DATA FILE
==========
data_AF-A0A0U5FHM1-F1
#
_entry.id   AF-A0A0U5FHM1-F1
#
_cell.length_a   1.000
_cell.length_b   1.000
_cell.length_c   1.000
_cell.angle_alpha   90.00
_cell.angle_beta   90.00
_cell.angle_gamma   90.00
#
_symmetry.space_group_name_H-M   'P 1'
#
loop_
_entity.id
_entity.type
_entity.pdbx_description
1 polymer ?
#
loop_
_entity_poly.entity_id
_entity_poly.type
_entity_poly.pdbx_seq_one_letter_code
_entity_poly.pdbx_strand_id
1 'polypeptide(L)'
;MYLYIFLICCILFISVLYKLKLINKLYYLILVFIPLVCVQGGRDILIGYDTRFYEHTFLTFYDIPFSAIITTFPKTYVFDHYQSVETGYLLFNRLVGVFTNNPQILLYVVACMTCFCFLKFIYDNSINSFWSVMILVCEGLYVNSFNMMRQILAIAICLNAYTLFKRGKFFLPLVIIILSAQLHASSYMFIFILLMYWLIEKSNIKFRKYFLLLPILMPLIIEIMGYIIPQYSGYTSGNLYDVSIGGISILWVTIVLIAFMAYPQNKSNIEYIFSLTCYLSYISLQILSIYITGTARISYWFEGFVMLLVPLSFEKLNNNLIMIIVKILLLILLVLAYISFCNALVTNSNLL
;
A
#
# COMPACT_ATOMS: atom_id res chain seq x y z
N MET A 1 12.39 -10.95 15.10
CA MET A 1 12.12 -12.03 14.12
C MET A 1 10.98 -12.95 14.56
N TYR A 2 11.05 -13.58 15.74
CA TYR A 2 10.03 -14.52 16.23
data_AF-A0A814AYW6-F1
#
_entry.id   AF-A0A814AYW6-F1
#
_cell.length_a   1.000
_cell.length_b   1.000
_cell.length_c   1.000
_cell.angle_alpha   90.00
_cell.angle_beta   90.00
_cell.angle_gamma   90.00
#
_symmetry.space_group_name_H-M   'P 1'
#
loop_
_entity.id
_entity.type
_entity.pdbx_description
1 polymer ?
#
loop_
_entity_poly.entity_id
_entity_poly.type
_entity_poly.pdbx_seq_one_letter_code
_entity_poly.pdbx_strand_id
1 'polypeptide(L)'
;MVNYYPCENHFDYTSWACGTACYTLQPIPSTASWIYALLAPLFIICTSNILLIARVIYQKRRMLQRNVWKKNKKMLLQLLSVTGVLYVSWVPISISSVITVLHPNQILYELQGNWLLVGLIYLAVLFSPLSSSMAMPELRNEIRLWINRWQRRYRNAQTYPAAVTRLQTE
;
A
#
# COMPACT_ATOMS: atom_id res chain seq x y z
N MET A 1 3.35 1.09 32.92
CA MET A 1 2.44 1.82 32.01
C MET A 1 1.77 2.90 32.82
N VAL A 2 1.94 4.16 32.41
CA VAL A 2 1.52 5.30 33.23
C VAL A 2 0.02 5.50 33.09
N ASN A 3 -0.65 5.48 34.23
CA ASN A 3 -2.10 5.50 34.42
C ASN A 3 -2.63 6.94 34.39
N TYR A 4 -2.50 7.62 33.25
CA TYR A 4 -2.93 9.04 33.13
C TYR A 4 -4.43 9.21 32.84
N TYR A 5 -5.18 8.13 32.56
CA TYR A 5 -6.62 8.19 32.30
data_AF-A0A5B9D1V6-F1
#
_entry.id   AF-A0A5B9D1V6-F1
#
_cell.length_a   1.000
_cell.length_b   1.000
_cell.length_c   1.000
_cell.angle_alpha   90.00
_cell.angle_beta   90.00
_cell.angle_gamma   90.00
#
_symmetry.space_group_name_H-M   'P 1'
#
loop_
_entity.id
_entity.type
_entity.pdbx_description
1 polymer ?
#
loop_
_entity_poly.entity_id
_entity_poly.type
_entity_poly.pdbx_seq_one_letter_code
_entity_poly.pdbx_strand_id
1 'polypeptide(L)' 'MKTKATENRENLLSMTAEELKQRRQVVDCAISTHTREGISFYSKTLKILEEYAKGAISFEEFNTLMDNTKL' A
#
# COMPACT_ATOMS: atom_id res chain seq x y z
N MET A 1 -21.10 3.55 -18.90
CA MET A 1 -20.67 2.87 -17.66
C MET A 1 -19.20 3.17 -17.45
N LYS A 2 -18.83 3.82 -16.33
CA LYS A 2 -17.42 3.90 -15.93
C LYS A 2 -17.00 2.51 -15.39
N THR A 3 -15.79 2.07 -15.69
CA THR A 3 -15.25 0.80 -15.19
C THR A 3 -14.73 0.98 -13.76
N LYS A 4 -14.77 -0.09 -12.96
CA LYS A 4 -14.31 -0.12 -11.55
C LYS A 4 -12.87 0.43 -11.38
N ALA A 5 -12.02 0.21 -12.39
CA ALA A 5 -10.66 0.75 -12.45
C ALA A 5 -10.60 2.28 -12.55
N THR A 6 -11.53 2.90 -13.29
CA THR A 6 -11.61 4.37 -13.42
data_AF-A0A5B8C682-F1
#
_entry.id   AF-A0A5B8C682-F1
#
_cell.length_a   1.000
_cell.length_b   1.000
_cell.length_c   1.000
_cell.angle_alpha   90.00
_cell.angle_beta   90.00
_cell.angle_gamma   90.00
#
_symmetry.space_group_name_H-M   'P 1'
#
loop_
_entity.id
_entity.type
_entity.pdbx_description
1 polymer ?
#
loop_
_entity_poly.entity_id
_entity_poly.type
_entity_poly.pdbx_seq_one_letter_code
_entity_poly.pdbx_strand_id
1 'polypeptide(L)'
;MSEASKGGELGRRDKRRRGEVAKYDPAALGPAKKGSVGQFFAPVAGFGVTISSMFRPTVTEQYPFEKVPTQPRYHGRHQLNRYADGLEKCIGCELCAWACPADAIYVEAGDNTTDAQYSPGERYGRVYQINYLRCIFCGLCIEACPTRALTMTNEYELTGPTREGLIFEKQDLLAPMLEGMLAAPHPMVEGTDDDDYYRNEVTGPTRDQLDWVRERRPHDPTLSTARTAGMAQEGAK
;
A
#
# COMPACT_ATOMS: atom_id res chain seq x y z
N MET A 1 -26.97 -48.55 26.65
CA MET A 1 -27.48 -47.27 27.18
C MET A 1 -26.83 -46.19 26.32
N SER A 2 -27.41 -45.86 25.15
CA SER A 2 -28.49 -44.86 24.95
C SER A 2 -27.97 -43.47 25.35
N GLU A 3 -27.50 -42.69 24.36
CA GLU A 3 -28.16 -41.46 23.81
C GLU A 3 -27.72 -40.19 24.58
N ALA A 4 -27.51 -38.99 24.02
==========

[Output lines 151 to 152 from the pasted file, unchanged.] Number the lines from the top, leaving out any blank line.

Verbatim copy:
A
#